“France On Trial. The Case of Marshal Pétain” by Julian Jackson (published by allen lane)

From hero of Verdun to turncoat of Vichy

In July 1945, five years after the French Head of State, Marshall Philippe Pétain, shocked his compatriots by shaking the hand of the nation’s conqueror, German Führer Adolf Hitler, Pétain faced a specially created High Court over his questionable conduct from the signing of the armistice between the two countries in June 1940 and the liberation of France in August 1944.
8. June 2024 3:01

Pétain was head of the puppet Vichy regime, the État francais (French State), an 84-year-old who had become head of government in June 1940 after a six-week military campaign by the German forces in which they humiliatingly routed France’s armies. He said he believed that further resistance was futile, and signed to end hostilities. This allowed the Germans to occupy two-thirds of France while leaving an unoccupied “Free Zone” in the south. Paris was in the occupied zone, so Pétain’s government settled in the famous spa resort of Vichy.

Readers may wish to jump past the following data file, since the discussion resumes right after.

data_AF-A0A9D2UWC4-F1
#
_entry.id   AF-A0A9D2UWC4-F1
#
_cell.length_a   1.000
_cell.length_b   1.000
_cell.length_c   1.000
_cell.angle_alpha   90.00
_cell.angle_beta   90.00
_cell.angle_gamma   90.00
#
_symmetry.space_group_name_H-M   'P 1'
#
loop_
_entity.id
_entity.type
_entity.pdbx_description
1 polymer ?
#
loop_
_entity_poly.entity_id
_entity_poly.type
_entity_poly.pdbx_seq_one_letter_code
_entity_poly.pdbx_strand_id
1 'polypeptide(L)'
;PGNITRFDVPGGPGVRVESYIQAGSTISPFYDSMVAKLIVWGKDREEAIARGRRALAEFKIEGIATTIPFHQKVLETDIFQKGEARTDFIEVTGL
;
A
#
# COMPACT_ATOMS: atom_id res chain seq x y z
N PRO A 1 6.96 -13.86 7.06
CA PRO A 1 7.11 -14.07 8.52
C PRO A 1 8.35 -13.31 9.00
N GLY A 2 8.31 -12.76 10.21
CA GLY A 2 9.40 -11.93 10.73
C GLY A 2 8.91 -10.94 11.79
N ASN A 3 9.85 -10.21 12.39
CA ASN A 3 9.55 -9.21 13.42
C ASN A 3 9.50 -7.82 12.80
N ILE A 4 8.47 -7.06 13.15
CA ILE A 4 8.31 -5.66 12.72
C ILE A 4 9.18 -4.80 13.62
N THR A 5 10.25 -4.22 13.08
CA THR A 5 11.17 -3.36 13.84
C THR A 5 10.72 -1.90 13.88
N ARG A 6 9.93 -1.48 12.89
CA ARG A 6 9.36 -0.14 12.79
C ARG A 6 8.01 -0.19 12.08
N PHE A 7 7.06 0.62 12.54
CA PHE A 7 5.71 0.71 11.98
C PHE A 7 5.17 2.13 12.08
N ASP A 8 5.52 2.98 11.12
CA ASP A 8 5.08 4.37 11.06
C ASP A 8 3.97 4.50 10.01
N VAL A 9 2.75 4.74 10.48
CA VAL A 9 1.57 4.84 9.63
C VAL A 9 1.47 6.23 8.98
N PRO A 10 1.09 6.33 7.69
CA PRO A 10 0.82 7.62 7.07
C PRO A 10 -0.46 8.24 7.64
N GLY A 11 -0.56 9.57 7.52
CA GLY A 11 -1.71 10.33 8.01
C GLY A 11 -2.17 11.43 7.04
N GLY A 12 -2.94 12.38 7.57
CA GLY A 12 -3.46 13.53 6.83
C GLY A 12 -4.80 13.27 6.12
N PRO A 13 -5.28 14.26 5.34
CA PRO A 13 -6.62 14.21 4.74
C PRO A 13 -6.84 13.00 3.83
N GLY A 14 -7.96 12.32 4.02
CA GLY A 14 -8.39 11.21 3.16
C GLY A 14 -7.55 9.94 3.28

His government suspended the country’s institutions and installed a quasi-dictatorship. The national motto of the former Republic, “Liberté, égalité, fraternité” (Liberty, Equality, Fraternity),  now became “Travail, famille, patrie” (Work, Family, Fatherland). Did he betray or save his country? Julian Jackson explores the facts around the treason trial that divided the French in 1945 and is said to have divided them ever since.

Britain and France were allies pledged to protect Poland, and after Germany invaded the Eastern European country on September 1, 1939, World War Two began. Germany then overran Belgium, the Netherlands, Luxembourg and France in a six-week blitzkreig.

Luxembourg was occupied the same day the assault began, on May 10, 1940, the Netherlands surrendered on May 15 and Belgium on the 28th. The capture and subjugation of France followed, with the armistice on June 22. Only Britain now faced Nazi Germany.